Spider Man: Homecoming (2017) Review


     I remember the first time I saw Sam Rami’s Spider-Man back in 2002. The wow factor, the close proximity to the comics, even the joy that the movie made me feel. 

     Well, 15 years, six films, and 3 Spider- Men later I can say enthusiastically that the films finally got lighthearted and humorous which was something the franchise was sorely lacking. 

     Its been about two months since the events of Captain America: Civil War and Peter Parker (Tom Holland) is eagerly waiting for his next mission from Tony Stark (Robert Downey Jr.) while trying to balance high school and being a friendly neighborhood superhero. 

     After foiling a robbery attempt by the crew of Adrian Toomes (Michael Keaton) a former government contractor, Spider-Man is put to the test if he’s actually cut out to be a hero. 

     I believe its safe to assume that a lot of fans of Spider-Man have mild reservations about giving this movie their time and money consider how underwhelming the last few entries were. And that’s fair. As someone who doesn’t mind seeing the same character on screen, I just always hope for a different take or story to make it worth my while. 

     And holy shit, I got that here. 

     First off, the origin story has been reduced to a couple of lines. Parker is 15 years old and still in high school. Like for the entire movie. A lot of the movie feels like (because it is) a high school movie that took some inspiration from John Hughes. They even have a school dance (a Homecoming dance…) in the flick, for God’s sake!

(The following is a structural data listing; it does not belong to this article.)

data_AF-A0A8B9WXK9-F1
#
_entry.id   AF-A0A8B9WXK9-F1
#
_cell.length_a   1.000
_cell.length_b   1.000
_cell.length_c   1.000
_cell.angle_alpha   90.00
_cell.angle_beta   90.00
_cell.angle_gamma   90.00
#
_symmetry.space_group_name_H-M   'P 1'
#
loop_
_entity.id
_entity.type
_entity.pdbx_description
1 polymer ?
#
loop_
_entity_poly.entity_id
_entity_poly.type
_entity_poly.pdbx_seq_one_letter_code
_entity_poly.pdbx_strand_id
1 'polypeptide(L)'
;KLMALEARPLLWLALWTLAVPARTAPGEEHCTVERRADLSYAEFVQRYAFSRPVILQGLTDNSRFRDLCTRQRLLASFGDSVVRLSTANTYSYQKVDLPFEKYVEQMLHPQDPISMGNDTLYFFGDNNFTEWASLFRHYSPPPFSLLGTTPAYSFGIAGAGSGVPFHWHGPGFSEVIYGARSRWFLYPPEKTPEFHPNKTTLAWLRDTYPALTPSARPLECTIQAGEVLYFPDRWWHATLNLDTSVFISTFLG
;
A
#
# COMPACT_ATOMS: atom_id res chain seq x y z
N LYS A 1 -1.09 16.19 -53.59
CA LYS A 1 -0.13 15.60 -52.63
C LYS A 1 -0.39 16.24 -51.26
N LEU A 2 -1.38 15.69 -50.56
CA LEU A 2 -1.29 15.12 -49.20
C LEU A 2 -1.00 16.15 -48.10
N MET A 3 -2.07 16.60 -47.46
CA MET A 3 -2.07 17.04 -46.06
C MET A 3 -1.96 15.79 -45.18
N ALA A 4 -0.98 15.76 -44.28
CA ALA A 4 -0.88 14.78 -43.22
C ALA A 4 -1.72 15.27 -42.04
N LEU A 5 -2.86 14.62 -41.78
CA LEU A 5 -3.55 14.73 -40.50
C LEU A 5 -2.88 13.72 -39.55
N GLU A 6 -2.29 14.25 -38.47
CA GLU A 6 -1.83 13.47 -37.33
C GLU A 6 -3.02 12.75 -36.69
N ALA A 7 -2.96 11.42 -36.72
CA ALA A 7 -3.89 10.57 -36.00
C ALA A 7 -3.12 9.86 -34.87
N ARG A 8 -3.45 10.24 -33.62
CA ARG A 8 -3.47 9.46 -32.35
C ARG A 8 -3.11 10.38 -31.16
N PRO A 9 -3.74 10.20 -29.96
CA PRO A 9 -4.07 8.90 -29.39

Tom Holland as Spider-Man is the best interpretation of the character I have seen yet on film. Some of the movies gloss over or just plain ignore the fact the Spider-Man is just a child. He really should have no business being a superhero. Holland manages to play the awkwardness of the character to such perfection, that I accepted him readily as the character more than Tobey Maguire and Andrew Garfield. Might have to do with the focus being on high school, but it was easy going for me. This is the first time in a movie where I actually felt scared for Parker, where in the third act especially, I saw the boy’s fear in his eyes, trying to be brave, but he’s still just a 15 year old kid. 

     The true revelation of the film is Michael Keaton as The Vulture. This should have been a thankless, bullshit paycheck role, oh but not with Keaton. He infuses his character of Toomes with humor, sheer villainy, pathos and humanity into his role that any lesser actor would have slept through. The man in many respects was too good for the role. I mean, its the fucking Vulture! He was B-level villain, and that’s being much too kind. Every single damn time the man just commanded my attention. I have to refrain myself from too many spoilers, but you’ll know the scenes I’m referring to because you won’t be able to blink. 

     I was certain that the Marvel Universe references would be a distracting nuisance, but it fit seamlessly into the story. Tony Stark felt organic, appearing appropriately enough that it doesn’t become less of a Spider-Man movie instead of Iron Man 4. It helps to know the players, but its more self contained as a story than other Marvel films. 

     Homecoming had a lot of hurdles to get through in my eyes, but it damn well got over them. It’s so different, so humorous, that when the credits rolled, I laughed out loud and had a smile on my face as I went home. 

     Welcome home, Spider-Man. 

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